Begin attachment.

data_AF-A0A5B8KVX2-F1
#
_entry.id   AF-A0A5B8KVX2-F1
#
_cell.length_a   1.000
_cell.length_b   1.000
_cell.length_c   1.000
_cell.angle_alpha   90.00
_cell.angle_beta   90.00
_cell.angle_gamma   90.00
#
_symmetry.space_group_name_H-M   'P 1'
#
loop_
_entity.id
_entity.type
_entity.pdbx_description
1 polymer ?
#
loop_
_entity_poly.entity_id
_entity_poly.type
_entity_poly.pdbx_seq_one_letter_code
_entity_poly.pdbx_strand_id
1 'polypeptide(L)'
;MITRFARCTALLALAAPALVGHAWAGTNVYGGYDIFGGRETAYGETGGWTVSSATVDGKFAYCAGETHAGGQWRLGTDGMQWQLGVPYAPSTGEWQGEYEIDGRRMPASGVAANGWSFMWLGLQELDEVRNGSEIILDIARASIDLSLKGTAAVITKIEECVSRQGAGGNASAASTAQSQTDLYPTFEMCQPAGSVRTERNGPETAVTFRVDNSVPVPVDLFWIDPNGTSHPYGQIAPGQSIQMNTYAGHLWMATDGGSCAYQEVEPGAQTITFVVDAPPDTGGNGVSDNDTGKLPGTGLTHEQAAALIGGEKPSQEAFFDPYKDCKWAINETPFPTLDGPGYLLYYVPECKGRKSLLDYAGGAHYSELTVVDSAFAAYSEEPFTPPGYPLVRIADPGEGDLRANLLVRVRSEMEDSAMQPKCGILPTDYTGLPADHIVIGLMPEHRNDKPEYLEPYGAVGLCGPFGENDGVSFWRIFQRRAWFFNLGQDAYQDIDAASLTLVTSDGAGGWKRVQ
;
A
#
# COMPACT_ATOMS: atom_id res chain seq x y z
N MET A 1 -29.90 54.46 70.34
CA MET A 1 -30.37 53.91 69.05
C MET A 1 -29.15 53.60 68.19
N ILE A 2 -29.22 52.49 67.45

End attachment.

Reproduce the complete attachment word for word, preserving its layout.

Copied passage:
data_AF-A0A5B8KVX2-F1
#
_entry.id   AF-A0A5B8KVX2-F1
#
_cell.length_a   1.000
_cell.length_b   1.000
_cell.length_c   1.000
_cell.angle_alpha   90.00
_cell.angle_beta   90.00
_cell.angle_gamma   90.00
#
_symmetry.space_group_name_H-M   'P 1'
#
loop_
_entity.id
_entity.type
_entity.pdbx_description
1 polymer ?
#
loop_
_entity_poly.entity_id
_entity_poly.type
_entity_poly.pdbx_seq_one_letter_code
_entity_poly.pdbx_strand_id
1 'polypeptide(L)'
;MITRFARCTALLALAAPALVGHAWAGTNVYGGYDIFGGRETAYGETGGWTVSSATVDGKFAYCAGETHAGGQWRLGTDGMQWQLGVPYAPSTGEWQGEYEIDGRRMPASGVAANGWSFMWLGLQELDEVRNGSEIILDIARASIDLSLKGTAAVITKIEECVSRQGAGGNASAASTAQSQTDLYPTFEMCQPAGSVRTERNGPETAVTFRVDNSVPVPVDLFWIDPNGTSHPYGQIAPGQSIQMNTYAGHLWMATDGGSCAYQEVEPGAQTITFVVDAPPDTGGNGVSDNDTGKLPGTGLTHEQAAALIGGEKPSQEAFFDPYKDCKWAINETPFPTLDGPGYLLYYVPECKGRKSLLDYAGGAHYSELTVVDSAFAAYSEEPFTPPGYPLVRIADPGEGDLRANLLVRVRSEMEDSAMQPKCGILPTDYTGLPADHIVIGLMPEHRNDKPEYLEPYGAVGLCGPFGENDGVSFWRIFQRRAWFFNLGQDAYQDIDAASLTLVTSDGAGGWKRVQ
;
A
#
# COMPACT_ATOMS: atom_id res chain seq x y z
N MET A 1 -29.90 54.46 70.34
CA MET A 1 -30.37 53.91 69.05
C MET A 1 -29.15 53.60 68.19
N ILE A 2 -29.22 52.49 67.45